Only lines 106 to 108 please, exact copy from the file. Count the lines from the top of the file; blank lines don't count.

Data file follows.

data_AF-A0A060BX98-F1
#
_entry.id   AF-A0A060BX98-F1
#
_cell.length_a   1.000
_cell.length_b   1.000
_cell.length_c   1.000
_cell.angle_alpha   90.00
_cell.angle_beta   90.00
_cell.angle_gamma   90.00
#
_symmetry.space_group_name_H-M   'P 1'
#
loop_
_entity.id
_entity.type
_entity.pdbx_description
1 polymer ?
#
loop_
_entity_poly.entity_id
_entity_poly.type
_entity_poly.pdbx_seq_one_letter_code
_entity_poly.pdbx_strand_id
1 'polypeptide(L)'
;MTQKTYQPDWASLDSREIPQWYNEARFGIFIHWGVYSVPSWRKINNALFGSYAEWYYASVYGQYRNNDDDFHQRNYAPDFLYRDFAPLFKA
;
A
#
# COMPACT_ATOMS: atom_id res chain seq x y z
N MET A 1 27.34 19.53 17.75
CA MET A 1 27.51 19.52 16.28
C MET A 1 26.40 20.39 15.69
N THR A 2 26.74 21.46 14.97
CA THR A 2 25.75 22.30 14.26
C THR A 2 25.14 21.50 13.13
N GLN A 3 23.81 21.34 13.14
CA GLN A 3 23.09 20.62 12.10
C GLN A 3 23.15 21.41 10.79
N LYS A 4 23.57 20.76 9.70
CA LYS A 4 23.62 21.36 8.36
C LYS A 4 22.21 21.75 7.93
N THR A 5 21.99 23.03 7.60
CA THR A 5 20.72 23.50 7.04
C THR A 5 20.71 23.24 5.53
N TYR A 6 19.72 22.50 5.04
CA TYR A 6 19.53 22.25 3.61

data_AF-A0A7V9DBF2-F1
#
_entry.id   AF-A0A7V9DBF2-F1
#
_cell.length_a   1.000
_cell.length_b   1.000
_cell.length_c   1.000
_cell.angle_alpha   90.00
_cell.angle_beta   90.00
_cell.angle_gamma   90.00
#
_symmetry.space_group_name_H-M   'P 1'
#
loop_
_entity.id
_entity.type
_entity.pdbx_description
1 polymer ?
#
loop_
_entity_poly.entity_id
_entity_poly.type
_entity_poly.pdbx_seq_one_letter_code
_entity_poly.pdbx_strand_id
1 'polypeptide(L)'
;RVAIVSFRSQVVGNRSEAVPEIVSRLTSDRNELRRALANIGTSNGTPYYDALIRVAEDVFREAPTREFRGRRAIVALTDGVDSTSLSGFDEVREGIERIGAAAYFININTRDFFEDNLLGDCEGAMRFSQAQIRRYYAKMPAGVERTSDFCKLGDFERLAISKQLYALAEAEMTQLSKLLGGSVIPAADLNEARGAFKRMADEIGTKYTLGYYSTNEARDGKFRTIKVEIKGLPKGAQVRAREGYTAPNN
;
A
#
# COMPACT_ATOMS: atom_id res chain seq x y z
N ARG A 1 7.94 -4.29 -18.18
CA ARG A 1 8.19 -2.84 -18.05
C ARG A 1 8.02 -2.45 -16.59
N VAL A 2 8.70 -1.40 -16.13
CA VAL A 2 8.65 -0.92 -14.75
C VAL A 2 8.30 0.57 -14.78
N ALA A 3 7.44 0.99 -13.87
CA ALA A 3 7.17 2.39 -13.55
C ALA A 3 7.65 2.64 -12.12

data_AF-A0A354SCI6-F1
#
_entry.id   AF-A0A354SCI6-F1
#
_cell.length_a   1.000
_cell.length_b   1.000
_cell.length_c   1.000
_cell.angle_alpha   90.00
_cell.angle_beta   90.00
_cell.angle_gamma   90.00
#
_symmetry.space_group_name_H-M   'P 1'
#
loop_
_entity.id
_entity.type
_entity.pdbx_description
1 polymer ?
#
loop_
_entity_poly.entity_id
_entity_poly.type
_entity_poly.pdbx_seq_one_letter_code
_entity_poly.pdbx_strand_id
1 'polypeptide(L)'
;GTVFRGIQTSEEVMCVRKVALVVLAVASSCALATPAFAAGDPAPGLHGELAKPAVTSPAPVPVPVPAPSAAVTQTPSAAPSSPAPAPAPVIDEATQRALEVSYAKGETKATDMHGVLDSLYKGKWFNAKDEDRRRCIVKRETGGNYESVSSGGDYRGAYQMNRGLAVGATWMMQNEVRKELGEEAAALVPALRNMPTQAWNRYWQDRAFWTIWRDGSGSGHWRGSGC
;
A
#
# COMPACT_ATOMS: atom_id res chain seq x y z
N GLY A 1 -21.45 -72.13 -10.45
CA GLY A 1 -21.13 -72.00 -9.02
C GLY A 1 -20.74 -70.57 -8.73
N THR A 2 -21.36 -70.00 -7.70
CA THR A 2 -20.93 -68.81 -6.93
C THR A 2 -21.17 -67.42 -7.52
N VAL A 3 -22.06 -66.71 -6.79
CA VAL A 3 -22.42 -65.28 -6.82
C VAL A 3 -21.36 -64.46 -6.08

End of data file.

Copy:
loop_
_entity_poly.entity_id
_entity_poly.type